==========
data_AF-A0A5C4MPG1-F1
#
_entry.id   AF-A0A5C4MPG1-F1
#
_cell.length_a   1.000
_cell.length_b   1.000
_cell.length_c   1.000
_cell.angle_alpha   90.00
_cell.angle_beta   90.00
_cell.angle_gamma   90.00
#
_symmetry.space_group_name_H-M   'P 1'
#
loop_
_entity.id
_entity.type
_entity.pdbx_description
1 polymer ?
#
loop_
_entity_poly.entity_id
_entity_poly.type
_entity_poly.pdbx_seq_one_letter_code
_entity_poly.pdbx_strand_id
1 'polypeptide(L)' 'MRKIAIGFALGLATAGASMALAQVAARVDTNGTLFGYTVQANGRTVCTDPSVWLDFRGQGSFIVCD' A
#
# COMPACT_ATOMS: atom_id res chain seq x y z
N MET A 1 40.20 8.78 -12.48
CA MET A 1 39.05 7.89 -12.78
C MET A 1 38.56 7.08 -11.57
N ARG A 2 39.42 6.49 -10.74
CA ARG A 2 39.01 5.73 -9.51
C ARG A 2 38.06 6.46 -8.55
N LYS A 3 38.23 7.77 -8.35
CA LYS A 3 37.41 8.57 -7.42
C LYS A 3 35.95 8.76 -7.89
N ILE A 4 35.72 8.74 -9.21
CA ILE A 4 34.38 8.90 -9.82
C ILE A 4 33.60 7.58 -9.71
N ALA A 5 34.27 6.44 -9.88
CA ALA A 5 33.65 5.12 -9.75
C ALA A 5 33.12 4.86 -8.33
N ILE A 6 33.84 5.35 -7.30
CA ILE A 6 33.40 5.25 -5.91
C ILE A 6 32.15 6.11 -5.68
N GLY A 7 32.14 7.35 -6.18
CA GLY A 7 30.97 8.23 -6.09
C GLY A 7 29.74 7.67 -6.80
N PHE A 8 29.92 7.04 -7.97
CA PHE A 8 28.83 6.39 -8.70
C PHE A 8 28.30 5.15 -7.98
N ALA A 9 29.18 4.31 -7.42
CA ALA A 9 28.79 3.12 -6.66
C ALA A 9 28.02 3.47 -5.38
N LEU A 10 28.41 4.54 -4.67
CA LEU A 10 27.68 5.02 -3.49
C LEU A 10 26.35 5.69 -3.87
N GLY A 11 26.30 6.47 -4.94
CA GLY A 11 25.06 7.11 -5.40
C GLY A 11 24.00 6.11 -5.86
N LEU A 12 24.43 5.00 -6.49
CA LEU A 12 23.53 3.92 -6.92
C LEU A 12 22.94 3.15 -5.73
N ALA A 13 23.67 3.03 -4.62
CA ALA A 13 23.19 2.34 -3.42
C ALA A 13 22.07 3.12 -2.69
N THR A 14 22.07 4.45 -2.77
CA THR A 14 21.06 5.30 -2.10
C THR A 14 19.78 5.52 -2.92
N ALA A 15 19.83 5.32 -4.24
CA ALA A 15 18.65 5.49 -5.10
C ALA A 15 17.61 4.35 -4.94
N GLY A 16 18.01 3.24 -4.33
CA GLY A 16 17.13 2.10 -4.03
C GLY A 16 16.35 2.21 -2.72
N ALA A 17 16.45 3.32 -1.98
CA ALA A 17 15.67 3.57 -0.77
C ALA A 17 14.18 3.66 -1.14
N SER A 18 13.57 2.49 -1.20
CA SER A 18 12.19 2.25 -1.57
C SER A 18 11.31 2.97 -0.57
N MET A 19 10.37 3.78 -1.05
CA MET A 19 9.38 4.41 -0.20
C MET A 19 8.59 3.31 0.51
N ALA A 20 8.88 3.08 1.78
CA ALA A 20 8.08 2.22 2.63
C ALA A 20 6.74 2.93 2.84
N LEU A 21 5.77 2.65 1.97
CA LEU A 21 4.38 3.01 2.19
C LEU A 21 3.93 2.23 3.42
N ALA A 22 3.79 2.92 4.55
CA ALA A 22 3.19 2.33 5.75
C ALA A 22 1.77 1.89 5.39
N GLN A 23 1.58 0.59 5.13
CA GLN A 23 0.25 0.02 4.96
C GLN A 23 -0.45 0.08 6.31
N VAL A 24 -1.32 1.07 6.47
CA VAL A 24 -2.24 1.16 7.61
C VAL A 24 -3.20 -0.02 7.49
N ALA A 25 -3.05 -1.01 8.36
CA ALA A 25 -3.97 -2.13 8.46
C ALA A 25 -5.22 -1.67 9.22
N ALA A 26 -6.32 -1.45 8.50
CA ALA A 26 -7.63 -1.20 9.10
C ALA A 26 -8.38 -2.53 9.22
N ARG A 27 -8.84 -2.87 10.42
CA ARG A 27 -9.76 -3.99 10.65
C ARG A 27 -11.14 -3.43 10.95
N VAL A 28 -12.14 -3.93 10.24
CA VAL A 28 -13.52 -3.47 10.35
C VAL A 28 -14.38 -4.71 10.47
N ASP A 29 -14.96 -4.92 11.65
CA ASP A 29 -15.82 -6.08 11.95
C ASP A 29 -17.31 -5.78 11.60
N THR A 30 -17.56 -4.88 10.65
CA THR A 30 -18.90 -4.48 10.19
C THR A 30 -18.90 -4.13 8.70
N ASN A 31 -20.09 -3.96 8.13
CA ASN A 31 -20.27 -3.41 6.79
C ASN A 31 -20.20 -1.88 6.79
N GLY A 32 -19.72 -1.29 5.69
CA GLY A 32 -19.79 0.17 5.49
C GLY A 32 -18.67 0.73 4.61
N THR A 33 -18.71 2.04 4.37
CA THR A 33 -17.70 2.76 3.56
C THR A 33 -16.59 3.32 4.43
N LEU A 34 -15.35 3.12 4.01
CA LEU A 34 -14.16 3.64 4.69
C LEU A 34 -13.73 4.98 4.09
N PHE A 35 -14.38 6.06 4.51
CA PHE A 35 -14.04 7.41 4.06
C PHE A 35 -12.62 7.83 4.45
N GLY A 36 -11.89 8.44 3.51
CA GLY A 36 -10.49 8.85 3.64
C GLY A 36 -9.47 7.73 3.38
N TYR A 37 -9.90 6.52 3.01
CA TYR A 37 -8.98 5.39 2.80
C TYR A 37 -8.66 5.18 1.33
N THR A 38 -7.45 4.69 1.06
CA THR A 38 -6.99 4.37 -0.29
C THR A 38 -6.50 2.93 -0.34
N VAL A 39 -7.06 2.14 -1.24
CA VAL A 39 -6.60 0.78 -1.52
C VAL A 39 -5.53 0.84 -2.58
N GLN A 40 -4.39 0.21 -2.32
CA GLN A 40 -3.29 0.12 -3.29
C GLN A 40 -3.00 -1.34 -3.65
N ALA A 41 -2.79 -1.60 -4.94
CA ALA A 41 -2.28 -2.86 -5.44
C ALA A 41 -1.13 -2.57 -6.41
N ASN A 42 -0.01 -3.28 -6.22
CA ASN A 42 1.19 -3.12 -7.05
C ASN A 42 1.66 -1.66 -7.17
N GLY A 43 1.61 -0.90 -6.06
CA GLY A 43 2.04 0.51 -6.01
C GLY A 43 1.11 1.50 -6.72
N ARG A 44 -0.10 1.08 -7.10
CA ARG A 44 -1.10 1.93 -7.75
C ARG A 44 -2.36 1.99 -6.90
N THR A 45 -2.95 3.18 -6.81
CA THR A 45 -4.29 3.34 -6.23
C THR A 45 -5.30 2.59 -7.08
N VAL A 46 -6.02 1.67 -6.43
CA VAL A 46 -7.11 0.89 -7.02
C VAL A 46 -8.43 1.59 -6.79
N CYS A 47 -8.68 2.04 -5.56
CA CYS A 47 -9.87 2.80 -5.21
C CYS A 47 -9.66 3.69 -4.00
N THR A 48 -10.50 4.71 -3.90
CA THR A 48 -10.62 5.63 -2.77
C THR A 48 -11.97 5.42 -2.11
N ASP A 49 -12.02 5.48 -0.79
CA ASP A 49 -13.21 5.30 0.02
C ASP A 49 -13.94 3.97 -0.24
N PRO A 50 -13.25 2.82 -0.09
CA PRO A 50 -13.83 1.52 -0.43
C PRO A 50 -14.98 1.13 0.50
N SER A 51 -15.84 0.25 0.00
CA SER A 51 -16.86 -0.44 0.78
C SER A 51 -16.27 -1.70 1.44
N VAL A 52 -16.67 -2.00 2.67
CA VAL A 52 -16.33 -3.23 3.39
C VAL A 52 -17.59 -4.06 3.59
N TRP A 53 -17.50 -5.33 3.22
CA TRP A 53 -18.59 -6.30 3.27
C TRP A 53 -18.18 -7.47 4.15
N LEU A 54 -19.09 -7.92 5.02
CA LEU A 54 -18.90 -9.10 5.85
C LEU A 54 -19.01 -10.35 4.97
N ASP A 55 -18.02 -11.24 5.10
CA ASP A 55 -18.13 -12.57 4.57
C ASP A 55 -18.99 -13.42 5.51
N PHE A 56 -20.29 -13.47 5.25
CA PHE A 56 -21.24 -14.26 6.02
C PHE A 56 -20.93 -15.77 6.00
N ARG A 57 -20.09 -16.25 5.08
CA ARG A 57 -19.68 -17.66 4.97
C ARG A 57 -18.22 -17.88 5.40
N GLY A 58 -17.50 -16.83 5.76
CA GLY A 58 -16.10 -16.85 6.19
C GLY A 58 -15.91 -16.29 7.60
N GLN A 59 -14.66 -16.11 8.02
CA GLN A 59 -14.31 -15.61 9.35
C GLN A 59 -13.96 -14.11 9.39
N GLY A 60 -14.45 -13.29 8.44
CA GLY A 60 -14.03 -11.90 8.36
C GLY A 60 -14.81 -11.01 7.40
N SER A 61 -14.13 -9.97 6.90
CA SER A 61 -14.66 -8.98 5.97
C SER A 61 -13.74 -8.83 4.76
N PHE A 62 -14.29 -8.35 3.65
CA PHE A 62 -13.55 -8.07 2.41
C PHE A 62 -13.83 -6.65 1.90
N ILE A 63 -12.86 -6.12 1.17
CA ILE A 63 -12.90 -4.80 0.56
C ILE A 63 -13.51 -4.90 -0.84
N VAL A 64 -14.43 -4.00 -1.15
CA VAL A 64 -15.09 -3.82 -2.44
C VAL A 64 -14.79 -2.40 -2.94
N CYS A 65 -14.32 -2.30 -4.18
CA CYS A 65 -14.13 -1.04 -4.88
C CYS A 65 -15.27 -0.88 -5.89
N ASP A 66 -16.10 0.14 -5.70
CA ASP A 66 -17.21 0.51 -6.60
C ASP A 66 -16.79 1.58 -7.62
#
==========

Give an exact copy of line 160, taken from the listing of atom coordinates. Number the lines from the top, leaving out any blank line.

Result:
N THR A 45 -2.95 3.18 -6.81